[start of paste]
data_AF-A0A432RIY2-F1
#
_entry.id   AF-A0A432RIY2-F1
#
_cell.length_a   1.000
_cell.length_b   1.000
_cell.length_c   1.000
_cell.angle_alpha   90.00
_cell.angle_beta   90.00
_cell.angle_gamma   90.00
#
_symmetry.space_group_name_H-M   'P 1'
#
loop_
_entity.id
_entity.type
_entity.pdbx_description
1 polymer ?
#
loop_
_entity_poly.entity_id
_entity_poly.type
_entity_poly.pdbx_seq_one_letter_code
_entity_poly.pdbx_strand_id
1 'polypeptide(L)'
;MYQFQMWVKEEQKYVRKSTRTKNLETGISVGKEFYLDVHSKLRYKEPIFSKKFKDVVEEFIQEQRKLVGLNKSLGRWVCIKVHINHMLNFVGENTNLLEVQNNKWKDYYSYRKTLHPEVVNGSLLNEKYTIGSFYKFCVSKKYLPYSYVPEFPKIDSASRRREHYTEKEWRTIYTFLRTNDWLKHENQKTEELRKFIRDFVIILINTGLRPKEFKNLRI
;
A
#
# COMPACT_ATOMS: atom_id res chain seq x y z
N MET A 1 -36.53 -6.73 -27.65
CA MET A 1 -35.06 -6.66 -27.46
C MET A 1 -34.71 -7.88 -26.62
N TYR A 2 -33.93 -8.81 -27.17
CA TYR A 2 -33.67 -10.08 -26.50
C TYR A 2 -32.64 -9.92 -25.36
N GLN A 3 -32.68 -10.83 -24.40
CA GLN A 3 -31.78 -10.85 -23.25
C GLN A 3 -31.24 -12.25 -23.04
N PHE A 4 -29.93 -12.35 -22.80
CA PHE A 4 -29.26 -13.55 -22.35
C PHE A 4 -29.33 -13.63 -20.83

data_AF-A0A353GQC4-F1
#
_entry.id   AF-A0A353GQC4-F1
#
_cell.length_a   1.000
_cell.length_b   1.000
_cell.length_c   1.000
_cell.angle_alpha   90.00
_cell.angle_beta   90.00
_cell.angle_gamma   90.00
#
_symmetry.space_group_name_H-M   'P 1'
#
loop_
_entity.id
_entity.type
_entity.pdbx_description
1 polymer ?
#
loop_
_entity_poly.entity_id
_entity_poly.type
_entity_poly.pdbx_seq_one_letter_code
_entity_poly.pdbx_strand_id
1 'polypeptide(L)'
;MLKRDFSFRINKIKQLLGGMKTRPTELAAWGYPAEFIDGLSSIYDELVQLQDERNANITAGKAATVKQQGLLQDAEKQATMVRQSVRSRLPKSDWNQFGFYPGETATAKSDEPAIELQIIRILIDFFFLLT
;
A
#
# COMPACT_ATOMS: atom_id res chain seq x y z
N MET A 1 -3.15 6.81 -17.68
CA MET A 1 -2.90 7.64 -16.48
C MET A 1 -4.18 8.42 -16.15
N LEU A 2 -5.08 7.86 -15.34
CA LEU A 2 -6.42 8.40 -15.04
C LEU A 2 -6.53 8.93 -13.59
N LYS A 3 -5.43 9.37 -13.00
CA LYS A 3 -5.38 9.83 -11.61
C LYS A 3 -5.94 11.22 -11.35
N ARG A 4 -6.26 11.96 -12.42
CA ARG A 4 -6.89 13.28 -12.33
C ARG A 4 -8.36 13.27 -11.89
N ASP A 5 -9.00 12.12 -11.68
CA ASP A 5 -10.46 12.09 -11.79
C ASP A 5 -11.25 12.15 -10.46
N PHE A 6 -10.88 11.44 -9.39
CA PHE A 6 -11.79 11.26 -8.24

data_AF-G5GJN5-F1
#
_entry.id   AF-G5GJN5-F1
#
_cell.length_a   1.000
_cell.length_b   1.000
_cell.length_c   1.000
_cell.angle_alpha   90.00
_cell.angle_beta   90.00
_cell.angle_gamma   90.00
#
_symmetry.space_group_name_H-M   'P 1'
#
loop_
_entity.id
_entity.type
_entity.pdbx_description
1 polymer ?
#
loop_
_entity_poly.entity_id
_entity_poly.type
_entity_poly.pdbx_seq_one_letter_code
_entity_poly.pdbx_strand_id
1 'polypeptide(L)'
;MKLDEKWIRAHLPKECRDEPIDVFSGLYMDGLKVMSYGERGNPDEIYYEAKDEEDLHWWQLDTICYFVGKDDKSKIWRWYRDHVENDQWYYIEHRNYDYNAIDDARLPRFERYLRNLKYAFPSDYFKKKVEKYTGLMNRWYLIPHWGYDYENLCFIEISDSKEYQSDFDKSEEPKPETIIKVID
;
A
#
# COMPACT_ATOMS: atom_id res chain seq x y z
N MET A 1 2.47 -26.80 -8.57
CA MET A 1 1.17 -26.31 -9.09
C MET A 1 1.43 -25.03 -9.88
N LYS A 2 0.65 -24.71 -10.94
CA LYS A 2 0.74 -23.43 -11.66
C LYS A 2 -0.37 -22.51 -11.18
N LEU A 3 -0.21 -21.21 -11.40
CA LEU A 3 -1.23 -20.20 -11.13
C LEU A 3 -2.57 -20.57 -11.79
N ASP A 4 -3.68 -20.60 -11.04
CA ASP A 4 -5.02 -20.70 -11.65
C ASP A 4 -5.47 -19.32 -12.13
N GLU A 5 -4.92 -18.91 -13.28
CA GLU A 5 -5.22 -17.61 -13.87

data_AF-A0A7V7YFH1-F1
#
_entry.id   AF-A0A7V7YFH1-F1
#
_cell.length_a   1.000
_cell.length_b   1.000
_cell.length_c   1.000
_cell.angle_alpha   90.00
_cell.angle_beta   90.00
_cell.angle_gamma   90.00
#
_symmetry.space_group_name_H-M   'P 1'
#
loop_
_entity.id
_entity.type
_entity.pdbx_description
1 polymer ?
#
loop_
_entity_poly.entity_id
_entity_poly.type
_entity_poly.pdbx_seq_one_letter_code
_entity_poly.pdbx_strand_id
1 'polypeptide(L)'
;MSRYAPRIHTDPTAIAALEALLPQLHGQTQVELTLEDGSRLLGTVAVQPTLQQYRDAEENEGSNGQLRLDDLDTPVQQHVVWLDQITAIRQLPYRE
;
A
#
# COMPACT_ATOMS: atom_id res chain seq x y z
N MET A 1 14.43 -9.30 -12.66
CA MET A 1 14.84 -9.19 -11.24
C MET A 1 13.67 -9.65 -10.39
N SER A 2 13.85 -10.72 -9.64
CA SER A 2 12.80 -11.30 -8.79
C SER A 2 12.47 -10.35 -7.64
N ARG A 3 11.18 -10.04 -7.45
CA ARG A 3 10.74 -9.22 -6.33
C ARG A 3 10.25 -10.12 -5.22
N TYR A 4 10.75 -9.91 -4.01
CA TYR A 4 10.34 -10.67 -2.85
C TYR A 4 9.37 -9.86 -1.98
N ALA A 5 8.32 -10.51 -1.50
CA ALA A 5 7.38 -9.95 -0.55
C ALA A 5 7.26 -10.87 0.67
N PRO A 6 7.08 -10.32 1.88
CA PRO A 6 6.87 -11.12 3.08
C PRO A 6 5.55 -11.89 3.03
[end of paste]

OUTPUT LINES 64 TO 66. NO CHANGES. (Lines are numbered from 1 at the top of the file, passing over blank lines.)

_entity_poly.type
_entity_poly.pdbx_seq_one_letter_code
_entity_poly.pdbx_strand_id